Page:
In this third entry of my blog, I’ll explain how I made a “Dynamic Ambient Sound System” in Unreal Engine. I want to point that this idea it’s just a rip off of a plugin made by Dan Reynolds (Technical Sound Designer at Epic). His idea consist in building “Sound Palettes” that are just collections of “Sound Colors”. In this video he explain with greater detail his philosophy behind “Soundscape”, the plugin. I thought that that was a great idea, and I tried to make my own version using Blueprints and Data Assets (in oppose to the C++ architecture used by Dan, which I don’t master).
A Sound Palette it’s just a collection of different Sound Colors. For example, “Forest” can be a Sound Palette made by Crickets, Birds, Tree Rustles and Owls (Sound Colors). And all this colors can be used in other Sound Palettes. Crickets and Birds can be part of Prairie Sound Palette, and Owl and Trees can be part of a Swamp Sound Palette.
First of all, I made the Primary Data Assets, that will contain the data required to control the spawn behavior of the different sounds. One for the Palettes and one for the Colors.
The Primary Data Asset of the Sound Colors look like this. All the variables created will be responsible for the behavior of the spawn of the sounds and the modulation. How active they are in the environment. Think of a bird, or how quiet and paused can be an Owl, hooting very sparsely in time.
And the “Sound Palette” Primary Data Asset, which is just an Array of Sound Colors Data Assets.
With this two created, it’s time to build the logic that will use this data to play the sounds. The “Ambient Sound System Controller” it’s the responsible for assign a Sound Palette to a Trigger Box founded in the level. Once the player enter a Trigger Box, the controller will know which Sound Palette play.
I’ve made a Struct called “Ambience Volume” (read volume as box) that has a Trigger Box and a Sound Palette
Then I’ve made an Actor which has an Array of this Ambience Volumes. This will be the Master Controller. Tis Array it’s the only public variable that the Controller has. The designer just have to place a Box Trigger in the world, assign it to the trigger box variable, and choose a Sound Palette that it’ll be triggered. Very easy and with little room to mistakes.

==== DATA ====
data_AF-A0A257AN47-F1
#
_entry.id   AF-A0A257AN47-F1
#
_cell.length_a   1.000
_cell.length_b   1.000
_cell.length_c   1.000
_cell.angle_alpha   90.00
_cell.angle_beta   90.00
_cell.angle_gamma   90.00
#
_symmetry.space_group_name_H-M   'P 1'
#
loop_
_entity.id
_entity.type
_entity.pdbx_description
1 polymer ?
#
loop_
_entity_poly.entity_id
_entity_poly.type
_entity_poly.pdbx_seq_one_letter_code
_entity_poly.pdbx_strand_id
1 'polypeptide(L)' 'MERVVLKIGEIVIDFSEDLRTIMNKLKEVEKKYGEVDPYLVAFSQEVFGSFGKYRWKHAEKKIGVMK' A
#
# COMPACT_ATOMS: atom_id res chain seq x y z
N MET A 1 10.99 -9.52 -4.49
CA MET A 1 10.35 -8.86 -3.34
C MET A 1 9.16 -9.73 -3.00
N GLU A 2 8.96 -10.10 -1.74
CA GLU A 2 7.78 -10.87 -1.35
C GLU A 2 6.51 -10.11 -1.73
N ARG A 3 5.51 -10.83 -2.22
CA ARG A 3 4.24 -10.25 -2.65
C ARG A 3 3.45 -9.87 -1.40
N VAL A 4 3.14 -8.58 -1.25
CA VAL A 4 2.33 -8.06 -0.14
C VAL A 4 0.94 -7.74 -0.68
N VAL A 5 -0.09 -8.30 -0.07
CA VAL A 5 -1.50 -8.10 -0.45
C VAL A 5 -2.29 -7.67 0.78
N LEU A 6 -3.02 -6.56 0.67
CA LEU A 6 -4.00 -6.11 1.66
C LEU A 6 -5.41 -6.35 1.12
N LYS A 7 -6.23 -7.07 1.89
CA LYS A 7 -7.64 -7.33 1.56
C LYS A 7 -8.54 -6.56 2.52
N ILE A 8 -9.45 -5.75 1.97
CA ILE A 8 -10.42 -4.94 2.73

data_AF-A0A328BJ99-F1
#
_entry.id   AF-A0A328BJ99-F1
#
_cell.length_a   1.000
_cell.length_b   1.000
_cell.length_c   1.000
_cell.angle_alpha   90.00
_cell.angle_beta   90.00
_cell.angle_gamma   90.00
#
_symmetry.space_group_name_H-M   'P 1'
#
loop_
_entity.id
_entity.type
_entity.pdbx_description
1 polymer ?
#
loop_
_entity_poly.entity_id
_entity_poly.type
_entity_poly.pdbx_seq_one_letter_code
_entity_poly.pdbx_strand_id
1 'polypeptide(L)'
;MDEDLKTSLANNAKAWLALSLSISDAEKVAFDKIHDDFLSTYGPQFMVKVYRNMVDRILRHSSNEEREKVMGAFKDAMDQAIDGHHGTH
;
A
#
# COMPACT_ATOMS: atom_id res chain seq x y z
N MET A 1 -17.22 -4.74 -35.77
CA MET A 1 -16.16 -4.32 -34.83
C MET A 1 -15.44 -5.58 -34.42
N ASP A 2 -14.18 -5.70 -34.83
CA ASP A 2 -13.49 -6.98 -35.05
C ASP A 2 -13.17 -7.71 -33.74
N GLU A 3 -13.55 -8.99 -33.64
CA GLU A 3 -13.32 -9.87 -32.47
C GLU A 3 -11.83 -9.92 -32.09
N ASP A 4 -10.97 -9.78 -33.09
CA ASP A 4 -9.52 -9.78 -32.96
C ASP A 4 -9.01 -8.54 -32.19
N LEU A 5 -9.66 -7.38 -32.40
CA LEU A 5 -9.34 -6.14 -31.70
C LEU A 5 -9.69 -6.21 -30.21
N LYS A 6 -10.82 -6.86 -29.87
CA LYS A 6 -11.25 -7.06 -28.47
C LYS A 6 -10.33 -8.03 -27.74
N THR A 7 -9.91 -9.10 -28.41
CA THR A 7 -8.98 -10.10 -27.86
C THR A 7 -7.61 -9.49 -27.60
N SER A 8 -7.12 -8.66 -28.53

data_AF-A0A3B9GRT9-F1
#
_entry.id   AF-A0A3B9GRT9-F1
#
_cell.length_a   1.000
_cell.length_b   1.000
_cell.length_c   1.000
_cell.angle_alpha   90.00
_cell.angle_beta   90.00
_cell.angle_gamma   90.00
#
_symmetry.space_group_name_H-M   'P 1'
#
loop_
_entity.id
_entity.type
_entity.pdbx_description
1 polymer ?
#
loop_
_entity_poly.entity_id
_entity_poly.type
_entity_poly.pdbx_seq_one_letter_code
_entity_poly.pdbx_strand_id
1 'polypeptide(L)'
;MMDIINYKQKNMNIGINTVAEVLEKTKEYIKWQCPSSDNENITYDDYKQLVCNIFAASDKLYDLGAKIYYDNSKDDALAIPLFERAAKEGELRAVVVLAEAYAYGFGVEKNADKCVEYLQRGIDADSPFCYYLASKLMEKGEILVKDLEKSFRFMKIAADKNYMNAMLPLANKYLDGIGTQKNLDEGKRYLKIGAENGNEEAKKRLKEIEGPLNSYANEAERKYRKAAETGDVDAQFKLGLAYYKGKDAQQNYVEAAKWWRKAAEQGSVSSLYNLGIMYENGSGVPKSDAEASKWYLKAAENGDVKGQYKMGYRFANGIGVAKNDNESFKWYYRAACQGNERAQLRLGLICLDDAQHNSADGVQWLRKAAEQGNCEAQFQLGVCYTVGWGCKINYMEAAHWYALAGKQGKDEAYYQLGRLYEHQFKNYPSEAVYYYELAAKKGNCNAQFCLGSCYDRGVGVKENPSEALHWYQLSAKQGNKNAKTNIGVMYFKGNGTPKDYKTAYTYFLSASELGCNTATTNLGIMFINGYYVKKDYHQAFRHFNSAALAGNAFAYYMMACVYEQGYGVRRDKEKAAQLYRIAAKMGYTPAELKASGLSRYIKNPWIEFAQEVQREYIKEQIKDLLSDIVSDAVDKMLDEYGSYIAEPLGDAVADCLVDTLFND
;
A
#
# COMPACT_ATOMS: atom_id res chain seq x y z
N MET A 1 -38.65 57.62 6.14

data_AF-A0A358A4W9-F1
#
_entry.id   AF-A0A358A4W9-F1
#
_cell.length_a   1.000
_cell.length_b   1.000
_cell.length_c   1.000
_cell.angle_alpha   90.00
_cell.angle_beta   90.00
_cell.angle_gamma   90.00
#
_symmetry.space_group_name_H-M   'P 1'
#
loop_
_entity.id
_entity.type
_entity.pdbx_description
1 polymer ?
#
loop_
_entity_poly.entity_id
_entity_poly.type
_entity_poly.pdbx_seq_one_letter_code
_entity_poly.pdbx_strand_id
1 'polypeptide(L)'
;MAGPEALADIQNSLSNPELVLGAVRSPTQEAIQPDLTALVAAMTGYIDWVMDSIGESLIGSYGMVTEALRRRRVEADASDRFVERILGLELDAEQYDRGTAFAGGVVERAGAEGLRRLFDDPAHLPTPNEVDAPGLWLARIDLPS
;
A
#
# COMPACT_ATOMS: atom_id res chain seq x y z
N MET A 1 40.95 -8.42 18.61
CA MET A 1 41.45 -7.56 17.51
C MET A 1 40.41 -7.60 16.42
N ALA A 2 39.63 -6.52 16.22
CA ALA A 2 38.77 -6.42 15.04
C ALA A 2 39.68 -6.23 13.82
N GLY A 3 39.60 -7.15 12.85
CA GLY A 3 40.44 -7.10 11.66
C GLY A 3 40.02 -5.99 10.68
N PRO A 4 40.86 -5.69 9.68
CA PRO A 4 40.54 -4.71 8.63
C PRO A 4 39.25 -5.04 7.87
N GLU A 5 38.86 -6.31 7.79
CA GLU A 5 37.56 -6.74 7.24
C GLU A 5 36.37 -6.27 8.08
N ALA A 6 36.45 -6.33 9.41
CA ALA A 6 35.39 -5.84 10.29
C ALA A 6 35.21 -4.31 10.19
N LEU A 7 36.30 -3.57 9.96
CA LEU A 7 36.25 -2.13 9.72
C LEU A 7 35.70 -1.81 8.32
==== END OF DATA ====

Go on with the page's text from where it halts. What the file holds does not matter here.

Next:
Here’s a GIF showing the set up.
This is how the logic works. Feel free to click on the images to see them larger. You can also double click for further zooming. I’ve made sure that I took large screenshots for easy reading.
As you can see in the “Play & Stop” screenshot, I’m spawning an actor called “Ambience Color Behavior” for each ambience color founded in the Palette (please bear in mind that it also appears as “Ambience Color Spawnable” in other screenshots. I’ve changed the name of the actor later on and forgot to take new screenshots).
This Actor it’s in charge of play each Sound Color. Here is where the spawn and modulation data of each Data Asset takes place.
There are two types of possible playbacks. 2D ambient sound beds that helps to fill the space and 3D ambient sounds that spawns around the player. The combination of this two creates a rich and immersive environment. E.g. you can have a 2D wind ambient sound that plays in loop and multiple localized sounds like birds, leaf rustles, dogs, etc. The beds are pretty simple.
Words and Phrases
In the 3D sounds is where the fun begins. The idea it’s to think in terms of “words” and “phrases” (another idea borrowed of Dan’s). A word it can be a single chirp of a bird, and a phrase could be a consecutive chain of chirps by this bird. Words could be separated by very little space in between, like a random between 0.2 and 0.6 seconds, and phrases can be separated by a larger amount, like a random between 6 and 20 seconds.
Here’s some individual crickets sounds in Reaper, that later I randomize using SoundCues.
I’m always spawning the sounds in relation to the player location, because it doesn’t make sense to spawn the sounds too far away. For that, I’ve made this macro. I’m sure that this can be done more neatly, but it gets the job done.
And for stopping the ambiences
And that’s pretty much all! Here you can see the representation of the spawned sounds as spheres of colors.
This is how a Sound Color looks.
And this is how a Sound Palette looks.
And thats all! I hope you found it interesting!
I’m sure this same idea can be made a lot better, please do not take this blog as a guide, this hasn’t been tested in any real game application
I want to take the opportunity and thank Dan for his kindness to share all his knowledge. Go see their videos, they are incredible.
If you have any comments, please reach out through my Twitter, I would love to see if you have any suggestions to further improve this system!
By the way, I’m making one of this blogs per month so… please stay tuned! Thanks for reading! Till the next one!
Here’s a little showcase! Use headphones if you can.